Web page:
thirdeyemom

thirdeyemom
Location
Minnneapolis, Minnesota, USA
Birthday
December 06
Bio
I am a stay-at-home mom who also happens to be an avid writer and traveler. I studied French and International Relations at the University of Wisconsin-Madison, lived in France, and have wandered to over 30 countries. I reside in Minneapolis, MN with my husband and two young children. I currently write three blogs: www.thirdeyemom.com, www.thethirdeyeworld.com and http://diaryofahappymom.wordpress.com/ and am a frequent contributor to www.worldmomsblog.com.

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Salon.com
OCTOBER 11, 2012 8:35AM

Imagine the possibilities if all girls were educated: Today is International Day of the Girl

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Today marks the first-ever International Day of the Girl, a day in which organizations and individuals around the world will collaborate to hold events and a global conversation in effort to raise awareness about the importance of educating girls.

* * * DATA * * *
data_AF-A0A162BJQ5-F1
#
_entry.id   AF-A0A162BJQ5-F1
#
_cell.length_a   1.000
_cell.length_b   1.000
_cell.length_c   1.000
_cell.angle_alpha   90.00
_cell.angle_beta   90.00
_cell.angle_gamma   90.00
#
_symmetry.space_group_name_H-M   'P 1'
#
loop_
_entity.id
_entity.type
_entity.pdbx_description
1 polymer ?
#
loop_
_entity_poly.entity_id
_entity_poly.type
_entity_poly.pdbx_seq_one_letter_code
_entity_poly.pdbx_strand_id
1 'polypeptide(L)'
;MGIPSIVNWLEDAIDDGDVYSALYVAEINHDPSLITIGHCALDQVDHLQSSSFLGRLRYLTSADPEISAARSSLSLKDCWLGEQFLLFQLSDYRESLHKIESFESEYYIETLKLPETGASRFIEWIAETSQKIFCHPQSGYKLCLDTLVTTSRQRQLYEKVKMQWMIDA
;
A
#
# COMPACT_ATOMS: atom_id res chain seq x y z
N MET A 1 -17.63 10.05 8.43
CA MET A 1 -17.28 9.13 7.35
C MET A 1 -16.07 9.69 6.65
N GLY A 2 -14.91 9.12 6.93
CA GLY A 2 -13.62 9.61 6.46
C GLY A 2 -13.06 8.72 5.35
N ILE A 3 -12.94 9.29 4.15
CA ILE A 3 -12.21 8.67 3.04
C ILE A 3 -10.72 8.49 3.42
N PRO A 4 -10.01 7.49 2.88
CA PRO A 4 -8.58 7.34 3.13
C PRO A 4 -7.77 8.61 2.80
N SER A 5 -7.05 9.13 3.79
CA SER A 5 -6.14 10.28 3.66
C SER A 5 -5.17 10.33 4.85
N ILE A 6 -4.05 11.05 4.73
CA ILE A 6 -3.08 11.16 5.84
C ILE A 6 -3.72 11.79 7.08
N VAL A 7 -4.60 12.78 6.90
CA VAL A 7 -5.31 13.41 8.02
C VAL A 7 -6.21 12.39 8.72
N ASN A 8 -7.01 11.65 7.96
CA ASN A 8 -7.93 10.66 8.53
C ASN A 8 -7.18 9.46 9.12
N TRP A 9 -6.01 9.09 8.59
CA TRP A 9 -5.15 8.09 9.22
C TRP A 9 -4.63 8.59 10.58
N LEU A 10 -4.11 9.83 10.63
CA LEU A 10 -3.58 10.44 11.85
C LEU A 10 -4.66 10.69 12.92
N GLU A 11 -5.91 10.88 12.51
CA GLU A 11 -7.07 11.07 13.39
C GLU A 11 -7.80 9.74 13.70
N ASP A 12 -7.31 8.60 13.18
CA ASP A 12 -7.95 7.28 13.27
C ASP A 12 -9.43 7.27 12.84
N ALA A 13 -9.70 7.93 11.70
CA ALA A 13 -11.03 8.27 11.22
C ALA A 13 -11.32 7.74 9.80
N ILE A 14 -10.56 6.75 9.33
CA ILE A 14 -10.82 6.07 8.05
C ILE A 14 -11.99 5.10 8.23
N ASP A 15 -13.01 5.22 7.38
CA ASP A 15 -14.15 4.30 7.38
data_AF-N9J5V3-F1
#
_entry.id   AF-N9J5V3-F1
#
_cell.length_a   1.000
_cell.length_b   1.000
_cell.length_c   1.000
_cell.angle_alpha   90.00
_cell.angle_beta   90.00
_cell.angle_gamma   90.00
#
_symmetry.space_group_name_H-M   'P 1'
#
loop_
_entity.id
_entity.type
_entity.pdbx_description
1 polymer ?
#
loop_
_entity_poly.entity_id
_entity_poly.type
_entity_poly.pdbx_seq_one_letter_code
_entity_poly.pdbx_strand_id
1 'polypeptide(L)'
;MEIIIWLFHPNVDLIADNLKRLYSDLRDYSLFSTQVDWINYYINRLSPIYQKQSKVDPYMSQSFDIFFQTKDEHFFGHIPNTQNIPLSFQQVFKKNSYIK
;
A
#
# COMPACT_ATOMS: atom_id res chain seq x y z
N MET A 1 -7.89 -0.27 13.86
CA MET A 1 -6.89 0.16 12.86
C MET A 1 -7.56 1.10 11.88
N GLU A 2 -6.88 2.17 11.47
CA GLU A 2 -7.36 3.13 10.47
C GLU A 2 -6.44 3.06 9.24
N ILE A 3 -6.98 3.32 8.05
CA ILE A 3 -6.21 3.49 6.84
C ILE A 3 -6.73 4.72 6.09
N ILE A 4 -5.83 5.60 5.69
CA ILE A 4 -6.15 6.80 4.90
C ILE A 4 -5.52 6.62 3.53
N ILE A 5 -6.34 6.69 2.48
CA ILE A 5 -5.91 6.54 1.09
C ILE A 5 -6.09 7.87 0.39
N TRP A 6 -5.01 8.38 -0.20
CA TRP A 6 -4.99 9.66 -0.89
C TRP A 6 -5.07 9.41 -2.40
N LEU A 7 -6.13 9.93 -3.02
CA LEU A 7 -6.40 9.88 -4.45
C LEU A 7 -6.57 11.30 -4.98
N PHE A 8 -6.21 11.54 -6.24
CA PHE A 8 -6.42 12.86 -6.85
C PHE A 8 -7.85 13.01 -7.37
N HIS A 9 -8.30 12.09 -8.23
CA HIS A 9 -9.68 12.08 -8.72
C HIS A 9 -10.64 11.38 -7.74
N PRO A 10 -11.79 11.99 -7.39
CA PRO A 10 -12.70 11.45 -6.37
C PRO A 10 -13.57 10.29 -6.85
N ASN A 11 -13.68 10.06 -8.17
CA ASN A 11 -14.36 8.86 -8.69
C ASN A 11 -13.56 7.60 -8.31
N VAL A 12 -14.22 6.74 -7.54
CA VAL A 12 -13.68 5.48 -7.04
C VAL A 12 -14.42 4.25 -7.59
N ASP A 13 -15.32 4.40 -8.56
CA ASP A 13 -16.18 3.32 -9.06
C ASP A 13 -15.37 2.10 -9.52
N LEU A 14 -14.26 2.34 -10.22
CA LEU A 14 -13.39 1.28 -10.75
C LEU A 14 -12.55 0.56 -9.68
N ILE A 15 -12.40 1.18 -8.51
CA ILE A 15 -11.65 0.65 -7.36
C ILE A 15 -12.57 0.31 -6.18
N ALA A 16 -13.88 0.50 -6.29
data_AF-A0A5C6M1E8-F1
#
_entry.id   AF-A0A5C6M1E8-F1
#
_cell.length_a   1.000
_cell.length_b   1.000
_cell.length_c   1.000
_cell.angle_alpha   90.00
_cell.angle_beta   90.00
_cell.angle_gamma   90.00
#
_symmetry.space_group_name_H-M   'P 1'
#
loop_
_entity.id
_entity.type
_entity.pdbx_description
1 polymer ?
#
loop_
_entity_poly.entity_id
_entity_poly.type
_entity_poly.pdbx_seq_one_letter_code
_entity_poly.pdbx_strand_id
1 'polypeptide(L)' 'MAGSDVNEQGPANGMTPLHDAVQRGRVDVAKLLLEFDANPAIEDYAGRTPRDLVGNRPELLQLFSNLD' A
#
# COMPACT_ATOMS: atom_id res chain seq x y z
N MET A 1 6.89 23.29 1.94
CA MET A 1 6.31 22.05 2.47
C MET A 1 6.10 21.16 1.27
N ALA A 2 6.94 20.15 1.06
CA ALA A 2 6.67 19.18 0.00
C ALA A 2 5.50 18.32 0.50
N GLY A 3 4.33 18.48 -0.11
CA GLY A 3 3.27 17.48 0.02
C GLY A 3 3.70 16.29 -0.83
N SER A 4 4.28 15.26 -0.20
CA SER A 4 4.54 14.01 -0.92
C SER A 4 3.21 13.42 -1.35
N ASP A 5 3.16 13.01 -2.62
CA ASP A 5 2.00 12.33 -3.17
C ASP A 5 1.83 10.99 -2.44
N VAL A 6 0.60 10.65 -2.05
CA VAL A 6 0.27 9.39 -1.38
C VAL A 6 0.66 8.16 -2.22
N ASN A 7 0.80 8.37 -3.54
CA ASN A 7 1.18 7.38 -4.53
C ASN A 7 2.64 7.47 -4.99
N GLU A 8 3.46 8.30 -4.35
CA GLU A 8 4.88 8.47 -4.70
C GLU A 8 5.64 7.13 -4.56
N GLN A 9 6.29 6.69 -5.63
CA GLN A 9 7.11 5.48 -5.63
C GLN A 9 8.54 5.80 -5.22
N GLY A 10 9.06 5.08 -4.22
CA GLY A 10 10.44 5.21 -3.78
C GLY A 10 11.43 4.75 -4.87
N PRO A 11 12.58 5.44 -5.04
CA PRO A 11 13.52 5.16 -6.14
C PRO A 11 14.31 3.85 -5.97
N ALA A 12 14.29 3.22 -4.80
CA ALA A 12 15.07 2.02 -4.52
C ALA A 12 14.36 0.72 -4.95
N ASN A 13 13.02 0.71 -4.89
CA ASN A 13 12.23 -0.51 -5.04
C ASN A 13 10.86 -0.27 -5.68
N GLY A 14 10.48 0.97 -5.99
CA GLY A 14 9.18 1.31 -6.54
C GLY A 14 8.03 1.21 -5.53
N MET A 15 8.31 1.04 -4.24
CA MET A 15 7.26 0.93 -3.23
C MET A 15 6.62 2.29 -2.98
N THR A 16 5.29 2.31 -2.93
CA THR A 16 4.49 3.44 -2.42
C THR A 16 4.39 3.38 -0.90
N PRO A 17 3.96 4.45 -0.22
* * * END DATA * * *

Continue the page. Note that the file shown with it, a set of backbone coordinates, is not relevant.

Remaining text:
Globally, more than 600 million girls live in the developing world and of that number, 77.6 million girls are currently not enrolled in either primary or secondary education. This is a huge problem which has significant repercussions on not only girls but the economy and well-being of society as a whole.

Photo of young girls in Pokhara, Nepal. Do these girls go to school? If so, for how long?

Organizations like 10 x 10 fully understand the power of girls and the way education can be used as a conduit to better not only their lives but society as a whole. 10 x 10 is a global action campaign dedicated to raising the value of a girl – in her home, community, nation and around the world.